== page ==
During the Standards Program Update, PMI will present an overview of its current status and future plans for all major Standards Program projects. Topics will include PMBOK® Guide extensions, practice standards for work breakdown structures, organizational project management maturity model, project manager competencies and project management principles.

Other Items of Interest

In addition to the Symposium and the world's largest project management exhibit, attendees can participate in other meetings during the show.

The PMI Standards and Project Management Research Programs will conduct two open working sessions Sunday, 4 November, beginning at 7:30 a.m. with a continental breakfast. Each session will include a brief update on active projects, breakout working groups and a closing discussion.

New members or first-time attendees may benefit from the New Member Orientation on Sunday, 4 November, from 4:00 to 5:00 p.m., to gain a better understanding of PMI and the conference itself. The grand opening reception on Sunday will be the first opportunity for registered attendees to view the latest products and services displayed during the convention.

The annual PMI Membership Meeting will be held immediately following the PMI Professional Awards Ceremony on Monday, 5 November. The meeting will include announcements of election results and any old or new Institute business.

A Specific Interest Group (SIG) networking function will take place Monday, 5 November, beginning at 5:30 p.m. Also on Monday, 5 November, and Tuesday, 6 November, exhibitors will host their own networking opportunities and receptions after 7:00 p.m.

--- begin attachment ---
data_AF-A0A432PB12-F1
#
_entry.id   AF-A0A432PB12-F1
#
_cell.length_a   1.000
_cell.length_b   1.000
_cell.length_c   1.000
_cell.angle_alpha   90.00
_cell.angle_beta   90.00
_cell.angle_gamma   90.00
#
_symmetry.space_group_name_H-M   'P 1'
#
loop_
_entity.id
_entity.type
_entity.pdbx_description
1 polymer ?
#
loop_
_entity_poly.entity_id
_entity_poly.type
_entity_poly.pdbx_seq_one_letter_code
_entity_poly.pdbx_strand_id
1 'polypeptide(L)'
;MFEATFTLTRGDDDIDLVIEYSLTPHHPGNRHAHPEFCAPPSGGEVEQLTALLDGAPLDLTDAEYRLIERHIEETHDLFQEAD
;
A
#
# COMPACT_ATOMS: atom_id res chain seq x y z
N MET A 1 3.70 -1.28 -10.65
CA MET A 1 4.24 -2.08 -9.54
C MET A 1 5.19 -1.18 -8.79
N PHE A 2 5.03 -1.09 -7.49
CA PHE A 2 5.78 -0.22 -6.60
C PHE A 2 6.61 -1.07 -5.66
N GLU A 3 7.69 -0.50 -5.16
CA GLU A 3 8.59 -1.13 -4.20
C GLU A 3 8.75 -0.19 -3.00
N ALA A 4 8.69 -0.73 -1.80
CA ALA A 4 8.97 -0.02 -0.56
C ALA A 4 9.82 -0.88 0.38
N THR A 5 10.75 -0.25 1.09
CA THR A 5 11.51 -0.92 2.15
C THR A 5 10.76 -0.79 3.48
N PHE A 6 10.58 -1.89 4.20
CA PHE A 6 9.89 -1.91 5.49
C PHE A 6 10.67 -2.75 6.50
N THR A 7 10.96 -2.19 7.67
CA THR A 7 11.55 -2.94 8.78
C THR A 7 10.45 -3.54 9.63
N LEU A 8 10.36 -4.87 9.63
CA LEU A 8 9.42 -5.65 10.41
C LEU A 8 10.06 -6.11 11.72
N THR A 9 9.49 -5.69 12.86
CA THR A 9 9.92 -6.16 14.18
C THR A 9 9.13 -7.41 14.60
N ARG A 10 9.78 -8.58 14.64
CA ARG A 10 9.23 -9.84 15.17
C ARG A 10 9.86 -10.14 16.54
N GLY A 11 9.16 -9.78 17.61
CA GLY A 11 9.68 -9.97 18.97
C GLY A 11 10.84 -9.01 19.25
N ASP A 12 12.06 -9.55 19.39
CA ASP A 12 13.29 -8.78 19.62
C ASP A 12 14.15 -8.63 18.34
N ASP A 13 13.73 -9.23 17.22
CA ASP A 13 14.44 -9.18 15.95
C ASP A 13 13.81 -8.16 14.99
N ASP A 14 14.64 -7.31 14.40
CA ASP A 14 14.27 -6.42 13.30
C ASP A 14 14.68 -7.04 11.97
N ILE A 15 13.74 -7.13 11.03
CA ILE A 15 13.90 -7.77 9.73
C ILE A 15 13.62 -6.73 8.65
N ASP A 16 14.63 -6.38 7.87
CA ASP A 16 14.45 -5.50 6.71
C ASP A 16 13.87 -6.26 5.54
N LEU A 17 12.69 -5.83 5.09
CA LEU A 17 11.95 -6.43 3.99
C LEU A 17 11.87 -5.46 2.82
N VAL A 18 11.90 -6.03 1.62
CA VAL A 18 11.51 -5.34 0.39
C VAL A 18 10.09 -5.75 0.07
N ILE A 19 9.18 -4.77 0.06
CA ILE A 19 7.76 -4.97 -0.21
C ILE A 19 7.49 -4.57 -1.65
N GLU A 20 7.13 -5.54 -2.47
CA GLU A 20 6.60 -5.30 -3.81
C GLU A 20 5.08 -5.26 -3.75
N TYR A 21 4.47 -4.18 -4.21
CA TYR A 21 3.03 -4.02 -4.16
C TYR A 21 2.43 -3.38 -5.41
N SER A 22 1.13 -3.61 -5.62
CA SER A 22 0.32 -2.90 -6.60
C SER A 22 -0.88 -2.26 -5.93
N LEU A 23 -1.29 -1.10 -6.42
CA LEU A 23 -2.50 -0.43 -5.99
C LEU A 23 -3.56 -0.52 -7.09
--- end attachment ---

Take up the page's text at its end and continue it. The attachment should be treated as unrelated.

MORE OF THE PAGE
For more information about PMI‘s annual Seminars & Symposium, visit PMI‘s Web site at www.pmi.org.

Nashville Events

Known around the United States as “Music City,” Nashville is home to the Grand Ole Opry and the Country Music Hall of Fame. The legendary Opry House, opened in 1925, has been host to some of country music's biggest names.

The Opryland Hotel offers an array of attractions.Opry Mills, a 1.2-million-square-foot shopping center, provides retail shopping. Attendees can spend 15 minutes floating down the scenic river winding through 4.5-acres of indoor garden in the hotel as part of the Delta River Flatboat tours. Golfers can enjoy the Springhouse Golf Club, featuring a championship links-style course, which is home to the BellSouth Senior Classic. General Jackson's Showboat and Music City riverboat is another alternative, or check out the world-famous Wildhorse Saloon and its 3,300-square-foot dance floor.

Other events occurring in or around Nashville during the conference include:

From Post Office to Art Center: A Nashville Landmark in Transition—The history of the Frist Center's art deco-style building on Broadway and the founding of the Frist Center

An Enduring Legacy: Art of the Americas From Nashville Collections—More than 140 works of painting, sculpture, photography, furniture and decorative arts from North, Central and South America

American Impressionists Abroad and at Home—Paintings from 28 artists examining daily life at the turn of the 20th century

Leaves of Gold: Treasures of Manuscript Illumination—From Philadelphia Collections

Realms of Faith: Medieval and Byzantine Art—From the Walters Art Museum, Baltimore,Md.,USA

The Second Lady—A comedy play by Jack Sharkey

Annual Nativity Exhibit—More than 100 nativity scenes representative of many styles and cultures

Commemoration of 11th U.S.President James K.Polk's Birth Date—2 November

Longhorn 2001 Championship Finals Rodeo

16th Americana Christmas Sampler Craft, Folk Art & Antique Show—Handcrafted originals and age-old treasures for collecting, decorating and gift giving.

For more information about Nashville, visit www.nashvillecvb.com.

This material has been reproduced with the permission of the copyright owner. Unauthorized reproduction of this material is strictly prohibited. For permission to reproduce this material, please contact PMI.

PM Network October 2001